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The Weekly Fix: The 1%

Fixed Income
Bloomberg

Welcome to The Weekly Fix, the newsletter that bids farewell to our robot overlords at roughly 1.01% -- Emily Barrett, Asia FX/rates editor.

Better days... and not-so-golden years

We'll indulge a few moments of looking through the myriad uncertainties of today, to the Street's vision of the not-too-distant future. Our inboxes are bursting with outlooks, and pretty much all of them envisage a world transformed.

"The market is gradually pricing a positive scenario for the real economy next year, which we cannot afford to miss."

Bank of America's strategists clearly don't believe in such a thing as jinxing yourself. That sentiment underpins their top trades for 2021, which are bursting with reflation bets -- buying short-end TIPS, selling the dollar and the 30-year Treasury bond. (It's forming a double bottom. Well who isn't, with all this sitting around.)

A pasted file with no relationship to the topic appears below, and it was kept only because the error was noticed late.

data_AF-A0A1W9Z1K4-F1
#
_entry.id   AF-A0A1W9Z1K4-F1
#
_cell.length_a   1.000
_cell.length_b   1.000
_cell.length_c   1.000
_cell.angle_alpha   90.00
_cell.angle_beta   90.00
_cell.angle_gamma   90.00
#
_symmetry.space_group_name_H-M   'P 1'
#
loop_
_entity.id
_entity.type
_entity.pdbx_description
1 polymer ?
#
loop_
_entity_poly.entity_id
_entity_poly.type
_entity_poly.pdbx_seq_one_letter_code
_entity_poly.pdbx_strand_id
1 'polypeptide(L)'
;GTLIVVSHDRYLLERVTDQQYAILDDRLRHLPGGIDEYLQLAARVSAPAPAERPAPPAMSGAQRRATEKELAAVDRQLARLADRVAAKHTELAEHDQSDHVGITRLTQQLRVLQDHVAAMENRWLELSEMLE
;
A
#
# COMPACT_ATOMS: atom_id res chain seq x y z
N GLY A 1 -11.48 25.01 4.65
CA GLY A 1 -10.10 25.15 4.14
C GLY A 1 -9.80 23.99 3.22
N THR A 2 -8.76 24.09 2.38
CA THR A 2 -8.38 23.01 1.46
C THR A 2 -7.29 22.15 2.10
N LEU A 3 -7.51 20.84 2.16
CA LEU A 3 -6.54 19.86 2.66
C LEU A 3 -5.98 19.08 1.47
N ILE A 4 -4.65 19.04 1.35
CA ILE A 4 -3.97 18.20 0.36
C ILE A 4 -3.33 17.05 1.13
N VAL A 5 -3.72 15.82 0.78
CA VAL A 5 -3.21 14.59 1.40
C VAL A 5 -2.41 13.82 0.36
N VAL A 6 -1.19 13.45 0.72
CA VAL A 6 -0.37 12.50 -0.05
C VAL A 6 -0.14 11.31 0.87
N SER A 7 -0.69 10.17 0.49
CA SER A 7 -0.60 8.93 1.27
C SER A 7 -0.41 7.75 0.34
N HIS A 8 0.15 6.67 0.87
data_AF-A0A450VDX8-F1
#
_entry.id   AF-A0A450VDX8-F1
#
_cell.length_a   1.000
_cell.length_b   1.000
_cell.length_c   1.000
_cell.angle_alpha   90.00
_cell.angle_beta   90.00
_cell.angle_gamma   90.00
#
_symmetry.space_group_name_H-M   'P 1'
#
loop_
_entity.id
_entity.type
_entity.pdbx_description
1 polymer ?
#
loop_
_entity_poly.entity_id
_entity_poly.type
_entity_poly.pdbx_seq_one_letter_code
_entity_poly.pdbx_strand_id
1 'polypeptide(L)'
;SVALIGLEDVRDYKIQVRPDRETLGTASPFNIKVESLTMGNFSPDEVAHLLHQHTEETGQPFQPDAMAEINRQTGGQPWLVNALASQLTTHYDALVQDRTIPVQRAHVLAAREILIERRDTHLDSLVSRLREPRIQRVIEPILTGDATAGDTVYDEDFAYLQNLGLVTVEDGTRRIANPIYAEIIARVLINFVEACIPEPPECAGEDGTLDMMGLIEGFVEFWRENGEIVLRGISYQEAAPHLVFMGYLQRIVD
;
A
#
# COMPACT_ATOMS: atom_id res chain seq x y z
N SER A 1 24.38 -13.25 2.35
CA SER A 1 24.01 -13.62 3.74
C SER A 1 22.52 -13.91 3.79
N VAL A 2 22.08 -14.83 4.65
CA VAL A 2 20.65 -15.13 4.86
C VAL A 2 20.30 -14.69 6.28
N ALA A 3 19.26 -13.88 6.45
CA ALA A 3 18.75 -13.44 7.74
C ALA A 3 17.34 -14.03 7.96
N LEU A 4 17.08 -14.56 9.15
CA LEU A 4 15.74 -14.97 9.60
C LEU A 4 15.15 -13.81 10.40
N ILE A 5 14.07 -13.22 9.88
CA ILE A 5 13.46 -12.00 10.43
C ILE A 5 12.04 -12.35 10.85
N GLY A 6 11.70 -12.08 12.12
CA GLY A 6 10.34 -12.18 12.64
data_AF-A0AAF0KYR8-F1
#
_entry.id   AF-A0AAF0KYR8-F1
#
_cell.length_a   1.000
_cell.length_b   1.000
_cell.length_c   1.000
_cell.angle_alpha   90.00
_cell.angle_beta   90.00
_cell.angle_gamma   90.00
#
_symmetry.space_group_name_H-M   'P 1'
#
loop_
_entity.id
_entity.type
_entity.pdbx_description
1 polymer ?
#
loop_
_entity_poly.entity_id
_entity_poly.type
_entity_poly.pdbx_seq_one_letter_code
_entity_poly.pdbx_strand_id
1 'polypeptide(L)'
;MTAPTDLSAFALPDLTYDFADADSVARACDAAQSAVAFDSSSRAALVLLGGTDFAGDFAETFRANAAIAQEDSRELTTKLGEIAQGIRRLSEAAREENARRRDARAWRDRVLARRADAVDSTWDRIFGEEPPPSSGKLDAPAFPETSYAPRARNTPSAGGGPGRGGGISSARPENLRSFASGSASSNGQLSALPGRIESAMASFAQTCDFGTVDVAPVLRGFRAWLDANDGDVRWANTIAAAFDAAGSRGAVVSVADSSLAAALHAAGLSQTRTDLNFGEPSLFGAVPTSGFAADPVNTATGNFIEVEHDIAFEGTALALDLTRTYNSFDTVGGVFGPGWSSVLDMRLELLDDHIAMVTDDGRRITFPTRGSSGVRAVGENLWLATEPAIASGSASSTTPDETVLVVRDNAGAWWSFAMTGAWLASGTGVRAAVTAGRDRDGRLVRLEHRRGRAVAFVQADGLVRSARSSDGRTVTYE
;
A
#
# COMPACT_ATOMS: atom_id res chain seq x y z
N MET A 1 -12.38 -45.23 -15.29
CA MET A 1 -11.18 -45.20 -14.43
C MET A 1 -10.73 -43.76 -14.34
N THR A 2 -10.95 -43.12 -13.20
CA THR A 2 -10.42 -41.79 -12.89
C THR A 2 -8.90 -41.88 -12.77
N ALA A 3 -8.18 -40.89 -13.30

We've started to have glimpses of this world, which turns on the promise of widespread vaccinations and a substantial U.S. pandemic relief bill. While the stock market is lapping it up, true to form the bond market is reserving judgement, with the U.S. 10-year yield still wavering on the brink of 1%.

A 1% rate on the global bond benchmark has strong symbolism across asset classes. Investors this week associated it with further gains across emerging markets and global stocks -- the MSCI ACWI has been setting record highs since the U.S. election -- on the assumption that the rise is measured and matches the pace of a gradual recovery.

Alternatively, there's this slightly more alarming take from quant-land, which predicts a robot mass-exodus from Treasuries if we get to 1.02%.

And it could be third-time lucky for the 10-year to push decisively above this threshold, as buyers in Asia have seemed less keen lately to pounce on any weakness in U.S. government bonds.